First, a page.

Health Information Management

Q&A: Querying for principal diagnosis

HIM-HIPAA Insider, January 26, 2010

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Q: Is querying a physician for the principal diagnosis appropriate? For example, is this query appropriate: “Can either congestive heart failure (CHF) or chronic obstructive pulmonary disease (COPD) be the principal diagnosis for this patient? Please clarify the principal diagnosis.” Would this query be considered leading? Should coders refrain from giving physicians choices for the principal diagnosis?
 
A: Generally, queries should not elicit a yes or no response. Note the following exception. This type of query is permissible when it pertains to a present on admission indicator, according to the October 2008 American Health Information Management Association practice brief, “Managing An Effective Query Process.” (You can access this practice brief at www.ahima.org/infocenter/practice_tools.asp#Briefs. Click on “All current practice briefs in chronological order by publication date” and scroll down.)
 
Querying physicians to identify the diagnosis to sequence as the principal diagnosis is appropriate. Open ended questions are preferable.
 
A query may be warranted when a coder determines that two conditions equally meet criteria for admission but the physician does not clearly state which is the principal diagnosis. Coders should include all of the patient’s information in their queries. They should ask physicians to indicate which diagnosis, in their professional opinion, should be principal.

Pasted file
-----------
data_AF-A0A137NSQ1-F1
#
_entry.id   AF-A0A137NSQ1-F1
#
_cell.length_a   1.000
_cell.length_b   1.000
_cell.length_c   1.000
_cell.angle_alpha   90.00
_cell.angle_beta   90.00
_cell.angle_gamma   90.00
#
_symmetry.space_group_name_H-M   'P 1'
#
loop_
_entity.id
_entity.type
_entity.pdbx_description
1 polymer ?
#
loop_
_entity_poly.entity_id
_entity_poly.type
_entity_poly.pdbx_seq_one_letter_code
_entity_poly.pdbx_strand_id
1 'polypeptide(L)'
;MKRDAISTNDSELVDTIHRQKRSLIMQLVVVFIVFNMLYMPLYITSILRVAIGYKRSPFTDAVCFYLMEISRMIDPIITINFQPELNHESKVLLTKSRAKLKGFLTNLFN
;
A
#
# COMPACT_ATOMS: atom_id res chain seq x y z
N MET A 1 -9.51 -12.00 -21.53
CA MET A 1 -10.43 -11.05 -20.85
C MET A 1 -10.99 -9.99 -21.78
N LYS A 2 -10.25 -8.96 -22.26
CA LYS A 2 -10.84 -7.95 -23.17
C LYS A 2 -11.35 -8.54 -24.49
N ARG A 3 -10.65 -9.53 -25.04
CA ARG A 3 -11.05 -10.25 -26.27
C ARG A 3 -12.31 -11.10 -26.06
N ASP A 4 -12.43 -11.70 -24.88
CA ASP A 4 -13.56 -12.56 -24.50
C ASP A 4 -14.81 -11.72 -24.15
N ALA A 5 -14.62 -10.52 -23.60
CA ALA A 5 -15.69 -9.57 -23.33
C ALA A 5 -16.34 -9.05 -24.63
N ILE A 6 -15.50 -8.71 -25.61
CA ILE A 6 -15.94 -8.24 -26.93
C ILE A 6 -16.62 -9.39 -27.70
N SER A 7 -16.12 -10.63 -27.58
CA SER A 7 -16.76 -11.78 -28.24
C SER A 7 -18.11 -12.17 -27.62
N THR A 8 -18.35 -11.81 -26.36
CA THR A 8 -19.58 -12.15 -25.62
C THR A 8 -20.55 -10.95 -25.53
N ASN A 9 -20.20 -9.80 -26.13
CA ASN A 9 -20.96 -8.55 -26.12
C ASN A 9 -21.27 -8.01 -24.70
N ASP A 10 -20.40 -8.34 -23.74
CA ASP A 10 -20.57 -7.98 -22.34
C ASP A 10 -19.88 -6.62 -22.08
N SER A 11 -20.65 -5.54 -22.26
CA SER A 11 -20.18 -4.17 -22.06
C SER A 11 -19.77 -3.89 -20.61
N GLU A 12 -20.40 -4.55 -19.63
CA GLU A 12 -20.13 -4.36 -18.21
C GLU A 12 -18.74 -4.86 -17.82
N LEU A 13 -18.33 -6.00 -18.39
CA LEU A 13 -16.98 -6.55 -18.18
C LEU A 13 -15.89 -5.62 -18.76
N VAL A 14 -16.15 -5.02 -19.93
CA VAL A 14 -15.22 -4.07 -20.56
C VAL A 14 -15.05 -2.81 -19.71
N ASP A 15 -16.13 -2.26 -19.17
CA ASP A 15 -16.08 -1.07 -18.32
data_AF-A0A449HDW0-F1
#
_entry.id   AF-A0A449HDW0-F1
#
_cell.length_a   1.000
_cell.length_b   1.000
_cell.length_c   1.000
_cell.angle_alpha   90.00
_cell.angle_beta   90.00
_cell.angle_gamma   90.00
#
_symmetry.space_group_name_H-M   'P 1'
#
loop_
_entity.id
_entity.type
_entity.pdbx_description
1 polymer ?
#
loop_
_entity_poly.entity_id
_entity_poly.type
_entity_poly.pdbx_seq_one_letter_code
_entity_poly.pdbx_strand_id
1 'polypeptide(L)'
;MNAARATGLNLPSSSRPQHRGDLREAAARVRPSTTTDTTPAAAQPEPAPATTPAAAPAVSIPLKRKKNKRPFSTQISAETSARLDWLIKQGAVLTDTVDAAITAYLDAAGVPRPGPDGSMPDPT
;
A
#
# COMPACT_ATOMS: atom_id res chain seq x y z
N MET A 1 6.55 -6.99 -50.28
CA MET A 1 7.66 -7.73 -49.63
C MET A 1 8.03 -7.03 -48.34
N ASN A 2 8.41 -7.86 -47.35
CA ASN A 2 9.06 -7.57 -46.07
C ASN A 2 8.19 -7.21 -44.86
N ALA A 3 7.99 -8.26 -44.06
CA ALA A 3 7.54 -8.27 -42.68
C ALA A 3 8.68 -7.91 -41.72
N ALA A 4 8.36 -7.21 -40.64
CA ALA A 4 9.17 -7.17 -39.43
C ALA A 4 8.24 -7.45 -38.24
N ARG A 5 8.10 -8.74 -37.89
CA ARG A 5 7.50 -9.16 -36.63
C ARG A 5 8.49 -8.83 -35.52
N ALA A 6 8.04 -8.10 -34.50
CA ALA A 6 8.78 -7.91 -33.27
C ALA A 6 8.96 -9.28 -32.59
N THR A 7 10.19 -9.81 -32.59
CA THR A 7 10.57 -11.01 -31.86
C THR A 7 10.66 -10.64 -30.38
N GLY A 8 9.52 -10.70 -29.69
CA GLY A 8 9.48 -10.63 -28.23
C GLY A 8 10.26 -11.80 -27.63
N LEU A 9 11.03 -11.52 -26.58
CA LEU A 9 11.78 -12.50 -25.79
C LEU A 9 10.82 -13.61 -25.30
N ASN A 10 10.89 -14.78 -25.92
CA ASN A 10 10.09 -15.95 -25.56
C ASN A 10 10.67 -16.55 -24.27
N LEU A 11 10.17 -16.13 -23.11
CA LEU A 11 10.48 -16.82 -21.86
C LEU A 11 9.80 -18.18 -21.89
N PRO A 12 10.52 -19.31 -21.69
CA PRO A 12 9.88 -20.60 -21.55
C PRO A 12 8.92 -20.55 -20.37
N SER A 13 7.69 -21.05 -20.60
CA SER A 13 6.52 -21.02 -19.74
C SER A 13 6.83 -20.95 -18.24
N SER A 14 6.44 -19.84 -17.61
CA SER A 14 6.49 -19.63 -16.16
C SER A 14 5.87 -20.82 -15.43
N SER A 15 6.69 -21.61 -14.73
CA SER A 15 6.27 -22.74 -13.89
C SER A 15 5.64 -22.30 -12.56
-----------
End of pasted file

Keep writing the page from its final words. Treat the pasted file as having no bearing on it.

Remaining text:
The two diagnoses referenced in the question (CHF and COPD) group to different MS-DRGs, and their relative weights differ. Avoid queries that inform physicians which diagnosis pays at a higher rate because such queries are inappropriate.
 
A query generally is considered leading when the coder includes the answer in the question or when the query is worded in a way that could sway the physician toward a particular code. For example, avoid a leading query such as, “The principal diagnosis should be COPD, correct?”  
 
Editor’s note: Shannon E. McCall, RHIA, CCS, CCS-P, CPC, CPC-I, CCDS, director of HIM and coding at HCPro, Inc. answered this question in the January issue of Briefings on Coding Compliance Strategies.



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